Feast of Corpus Christi, 7 June 2015

Feast of Corpus Christi

7 June 2015

St. Michael’s Church, Ardaghey 10.00am



My dear friends,

On a hill near Cape Town in South Africa, just below the well-known Table Mountain, a gun is fired every day at noon. The hill is known as Signal Hill. The firing of the gun once served an important purpose. It signalled that a ship, on its way to or from India, had arrived in the harbour with a cargo of goods and was in need of supplies of food and fresh water. An exchange almost always resulted. There was receiving and giving.

But that was a long time ago. The purpose no longer exists. Yet the gun is still fired dutifully every day. However, the firing is now little more than an empty ritual. Most of the local people ignore it. Visitors may be told “if you hear a loud bang at mid-day, don’t worry. It’s only the gun going off.”

The Eucharist celebrates a wonderful event – the gift which Jesus made of his life on our behalf. Every time we celebrate the Eucharist we tell that story again. But like anything that is repeated over and over again there is a danger that it may become just a ritual, an empty ritual even.

In the Eucharist Jesus nourishes us with the bread of life. But it is not meant to be one-way traffic. Having received from Jesus, we are expected to give, to share with one another. The Eucharist doesn’t always produce the fruit it is meant to – unselfish giving of oneself in the service of others. The bread and the cup continue to be passed around but it often appears to have little effect on people’s lives. We don’t always pour out our lives in the service of others. We eat the bread and drink the cup, as the Lord requested, but we may be living very self-centred lives.

The mother of an American soldier stationed overseas spent hours preparing a box of her son’s favourite cookies. The finished product was pretty near the best batch she had ever baked. She used the most expensive ingredients she could buy, and a mix of her son’s favourite recipes. She wrapped each cookie in plastic, sealed the box, affixed the custom’s declaration form, and brought the parcel to the post office. Destination: Afghanistan.

The postal clerk pointed to a section of the form which the mother had left blank. If non-deliverable: Abandon; Return; or Redirect. The clerk recognised the fear in the woman’s eyes – if non-deliverable. The phrase referred to the unthinkable. The mother just stood frozen, holding the box. The clerk said quietly, “My son’s in the military. I know you can check ‘redirect’ and then write ‘Chaplain’ to redistribute at his discretion. She helped the woman complete the form and affix it to the box. Their mother’s eyes met. The woman nodded and thanked the clerk. In that moment it was no longer a postal clerk helping a customer, it was now two mothers who were bound by anxious heart-rending love for their children in dangerous places. This was no empty ritual.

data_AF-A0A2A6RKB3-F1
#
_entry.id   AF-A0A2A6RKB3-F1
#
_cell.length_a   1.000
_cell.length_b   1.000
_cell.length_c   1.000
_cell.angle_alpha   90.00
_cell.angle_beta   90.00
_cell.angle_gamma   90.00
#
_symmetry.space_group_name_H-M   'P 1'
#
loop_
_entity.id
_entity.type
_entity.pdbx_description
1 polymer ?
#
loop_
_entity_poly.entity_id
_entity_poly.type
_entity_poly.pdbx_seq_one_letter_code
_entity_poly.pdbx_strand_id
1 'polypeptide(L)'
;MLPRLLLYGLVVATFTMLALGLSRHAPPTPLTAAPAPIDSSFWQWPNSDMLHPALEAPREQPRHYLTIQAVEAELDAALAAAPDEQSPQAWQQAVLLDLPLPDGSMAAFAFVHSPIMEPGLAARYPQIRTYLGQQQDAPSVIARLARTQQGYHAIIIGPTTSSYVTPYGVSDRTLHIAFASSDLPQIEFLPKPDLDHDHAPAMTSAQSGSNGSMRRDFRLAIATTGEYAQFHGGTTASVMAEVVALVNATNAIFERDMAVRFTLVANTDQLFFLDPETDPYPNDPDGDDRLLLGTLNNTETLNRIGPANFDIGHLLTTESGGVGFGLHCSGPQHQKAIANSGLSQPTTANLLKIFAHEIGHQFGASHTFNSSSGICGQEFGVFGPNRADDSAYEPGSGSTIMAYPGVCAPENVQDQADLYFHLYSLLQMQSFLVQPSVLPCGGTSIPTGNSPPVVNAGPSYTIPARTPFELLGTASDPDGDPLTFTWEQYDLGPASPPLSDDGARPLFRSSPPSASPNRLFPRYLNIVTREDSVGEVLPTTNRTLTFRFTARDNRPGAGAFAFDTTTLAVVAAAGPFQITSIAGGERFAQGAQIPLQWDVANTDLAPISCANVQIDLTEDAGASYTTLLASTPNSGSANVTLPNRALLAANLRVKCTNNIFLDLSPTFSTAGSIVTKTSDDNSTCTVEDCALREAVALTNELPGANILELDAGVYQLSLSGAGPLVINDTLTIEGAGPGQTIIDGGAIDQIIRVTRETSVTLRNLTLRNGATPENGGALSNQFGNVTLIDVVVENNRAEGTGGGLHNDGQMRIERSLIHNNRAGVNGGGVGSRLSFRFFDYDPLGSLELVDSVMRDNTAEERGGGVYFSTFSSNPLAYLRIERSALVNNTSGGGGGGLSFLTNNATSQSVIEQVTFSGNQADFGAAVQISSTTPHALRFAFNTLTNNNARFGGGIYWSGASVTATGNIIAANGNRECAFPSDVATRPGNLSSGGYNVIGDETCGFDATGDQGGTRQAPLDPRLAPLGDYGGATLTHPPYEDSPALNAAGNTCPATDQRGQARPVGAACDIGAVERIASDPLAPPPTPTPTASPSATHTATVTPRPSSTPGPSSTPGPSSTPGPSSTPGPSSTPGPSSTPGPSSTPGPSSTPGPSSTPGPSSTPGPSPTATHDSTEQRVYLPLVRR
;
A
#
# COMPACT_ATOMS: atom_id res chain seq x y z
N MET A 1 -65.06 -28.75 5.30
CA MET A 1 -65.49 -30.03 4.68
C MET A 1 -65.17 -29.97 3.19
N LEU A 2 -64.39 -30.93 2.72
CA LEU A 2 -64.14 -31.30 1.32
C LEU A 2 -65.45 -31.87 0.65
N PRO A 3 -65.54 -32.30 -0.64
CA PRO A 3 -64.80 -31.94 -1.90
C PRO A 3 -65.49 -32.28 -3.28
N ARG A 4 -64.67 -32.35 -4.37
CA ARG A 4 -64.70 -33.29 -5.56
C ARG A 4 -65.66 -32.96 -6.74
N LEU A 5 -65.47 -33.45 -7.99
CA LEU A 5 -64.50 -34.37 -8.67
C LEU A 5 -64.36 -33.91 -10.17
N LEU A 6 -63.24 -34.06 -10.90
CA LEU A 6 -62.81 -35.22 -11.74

Two military mothers, one understanding the anxiety and fear of the other. It is such compassion, manifested in generosity of heart that unites our human race as a family under our God, the Father of us all, making us brothers and sisters to one another. In the humanity we share, we are bound to one another in a way that not only transcends those things that divide us but becomes even stronger in the wake of loss, pain and suffering. Jesus comes as the means of unity among God’s people, to reconcile humanity to God and to one another, to instil a deeper understanding and appreciation of our sacred dignity as being made in God’s image. Jesus destroys the barriers created by race, culture, wealth and social status. He speaks of a new united human family, the family of God. We are called to seek in every person the humanity we all share that comes from God, the father of all, and the giver of everything that is good.

For the Hebrews, remembering was not a mere recalling. It was the making present to each generation of the saving events of the past. The Eucharist is the heart of everything. It should not be separated from the washing of the feet. The two are linked – being in communion with Jesus so that we can be in communion with one another. It would be a tragedy if the Eucharist became for us just a ritual, an empty ritual. Jesus gives himself to us here that we, in our human way give ourselves to others.

+Liam S. MacDaid

Corpus Christi

7 June 2015

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